The Battle of Blenheim (referred to in some countries as the Second Battle of Höchstädt), fought on 13 August 1704, was a major battle of the War of the Spanish Succession. Louis XIV of France sought to knock Emperor Leopold out of the war by seizing Vienna, the Habsburg capital, and gain a favourable peace settlement. The dangers to Vienna were considerable: the Elector of Bavaria and Marshal Marsin's forces in Bavaria threatened from the west, and Marshal Vendôme's large army in northern Italy posed a serious danger with a potential offensive through the Brenner Pass.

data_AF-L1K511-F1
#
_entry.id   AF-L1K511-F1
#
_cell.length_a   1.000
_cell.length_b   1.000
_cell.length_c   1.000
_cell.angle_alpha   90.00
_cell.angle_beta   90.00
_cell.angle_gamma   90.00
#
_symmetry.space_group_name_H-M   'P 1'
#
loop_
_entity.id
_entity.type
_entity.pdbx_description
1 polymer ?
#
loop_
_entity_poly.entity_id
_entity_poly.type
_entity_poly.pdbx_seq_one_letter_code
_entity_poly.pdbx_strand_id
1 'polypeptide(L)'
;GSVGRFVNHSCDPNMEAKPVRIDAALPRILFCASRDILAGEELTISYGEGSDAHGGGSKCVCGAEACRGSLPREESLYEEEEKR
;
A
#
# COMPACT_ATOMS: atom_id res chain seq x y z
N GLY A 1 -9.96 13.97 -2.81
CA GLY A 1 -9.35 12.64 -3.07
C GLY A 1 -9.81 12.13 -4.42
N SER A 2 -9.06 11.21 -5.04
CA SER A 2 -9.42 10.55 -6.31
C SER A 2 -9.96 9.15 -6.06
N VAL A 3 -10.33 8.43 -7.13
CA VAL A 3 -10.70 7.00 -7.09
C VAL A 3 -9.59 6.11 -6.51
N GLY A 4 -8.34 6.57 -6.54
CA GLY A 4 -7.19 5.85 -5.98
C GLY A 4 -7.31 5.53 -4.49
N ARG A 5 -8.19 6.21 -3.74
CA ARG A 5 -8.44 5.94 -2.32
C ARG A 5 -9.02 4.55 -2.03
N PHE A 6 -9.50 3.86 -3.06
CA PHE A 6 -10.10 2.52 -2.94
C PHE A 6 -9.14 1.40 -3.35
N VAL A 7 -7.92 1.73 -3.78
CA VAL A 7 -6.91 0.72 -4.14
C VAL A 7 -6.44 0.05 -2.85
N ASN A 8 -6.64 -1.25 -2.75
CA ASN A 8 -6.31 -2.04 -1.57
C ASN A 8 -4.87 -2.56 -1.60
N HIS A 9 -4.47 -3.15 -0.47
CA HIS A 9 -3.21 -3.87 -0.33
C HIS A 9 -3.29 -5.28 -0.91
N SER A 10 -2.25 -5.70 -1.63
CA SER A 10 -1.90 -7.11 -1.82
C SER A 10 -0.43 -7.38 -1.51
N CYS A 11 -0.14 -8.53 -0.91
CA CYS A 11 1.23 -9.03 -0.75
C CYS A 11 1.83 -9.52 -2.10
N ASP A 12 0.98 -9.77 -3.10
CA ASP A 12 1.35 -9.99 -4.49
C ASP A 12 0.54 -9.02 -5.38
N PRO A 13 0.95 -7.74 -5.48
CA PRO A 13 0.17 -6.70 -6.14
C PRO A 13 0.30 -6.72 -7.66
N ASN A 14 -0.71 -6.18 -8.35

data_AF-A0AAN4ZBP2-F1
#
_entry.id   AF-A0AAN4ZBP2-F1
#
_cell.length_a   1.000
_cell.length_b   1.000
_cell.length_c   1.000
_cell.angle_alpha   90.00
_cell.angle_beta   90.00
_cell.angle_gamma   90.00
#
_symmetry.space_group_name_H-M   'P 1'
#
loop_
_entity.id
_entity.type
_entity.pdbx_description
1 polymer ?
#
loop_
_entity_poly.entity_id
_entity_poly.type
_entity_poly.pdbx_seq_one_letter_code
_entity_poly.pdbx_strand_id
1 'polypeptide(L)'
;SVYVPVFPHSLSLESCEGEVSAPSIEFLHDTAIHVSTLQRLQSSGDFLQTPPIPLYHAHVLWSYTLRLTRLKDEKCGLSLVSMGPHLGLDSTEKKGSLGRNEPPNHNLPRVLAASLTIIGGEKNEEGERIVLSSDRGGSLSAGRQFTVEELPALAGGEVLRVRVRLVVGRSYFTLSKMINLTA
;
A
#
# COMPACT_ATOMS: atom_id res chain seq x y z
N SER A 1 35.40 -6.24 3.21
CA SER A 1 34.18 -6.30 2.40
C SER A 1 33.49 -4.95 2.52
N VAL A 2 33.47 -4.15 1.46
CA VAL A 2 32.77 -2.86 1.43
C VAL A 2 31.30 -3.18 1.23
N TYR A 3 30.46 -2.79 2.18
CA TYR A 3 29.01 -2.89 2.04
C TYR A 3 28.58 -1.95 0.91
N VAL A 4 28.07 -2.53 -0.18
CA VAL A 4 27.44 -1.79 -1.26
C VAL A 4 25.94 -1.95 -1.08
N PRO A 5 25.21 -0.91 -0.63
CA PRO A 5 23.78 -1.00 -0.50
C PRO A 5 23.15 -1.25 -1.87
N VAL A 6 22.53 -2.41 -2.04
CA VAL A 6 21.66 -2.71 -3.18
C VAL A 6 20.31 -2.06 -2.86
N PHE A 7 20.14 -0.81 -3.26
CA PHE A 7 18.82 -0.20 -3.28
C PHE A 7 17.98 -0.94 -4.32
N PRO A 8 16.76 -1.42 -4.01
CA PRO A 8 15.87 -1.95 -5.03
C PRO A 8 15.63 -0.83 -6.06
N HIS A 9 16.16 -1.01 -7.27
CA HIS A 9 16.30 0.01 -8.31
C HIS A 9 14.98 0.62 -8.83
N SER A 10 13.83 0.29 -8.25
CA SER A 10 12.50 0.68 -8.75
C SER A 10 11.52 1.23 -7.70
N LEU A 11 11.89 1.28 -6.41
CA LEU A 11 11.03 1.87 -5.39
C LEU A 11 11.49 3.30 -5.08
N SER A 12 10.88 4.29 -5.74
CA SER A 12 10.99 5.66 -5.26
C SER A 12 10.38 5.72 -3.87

A combination of deception and brilliant administration – designed to conceal his true destination from friend and foe alike – enabled Marlborough to march 250 miles (400 km) unhindered from the Low Countries to the River Danube in five weeks. After securing Donauwörth on the Danube, Marlborough sought to engage the Elector's and Marsin's army before Marshal Tallard could bring reinforcements through the Black Forest. However, with the Franco-Bavarian commanders reluctant to fight until their numbers were deemed sufficient, the Duke enacted a policy of plundering in Bavaria designed to force the issue. The tactic proved unsuccessful, but when Tallard arrived to bolster the Elector's army, and Prince Eugene arrived with reinforcements for the Allies, the two armies finally met on the banks of the Danube in and around the small village of Blindheim.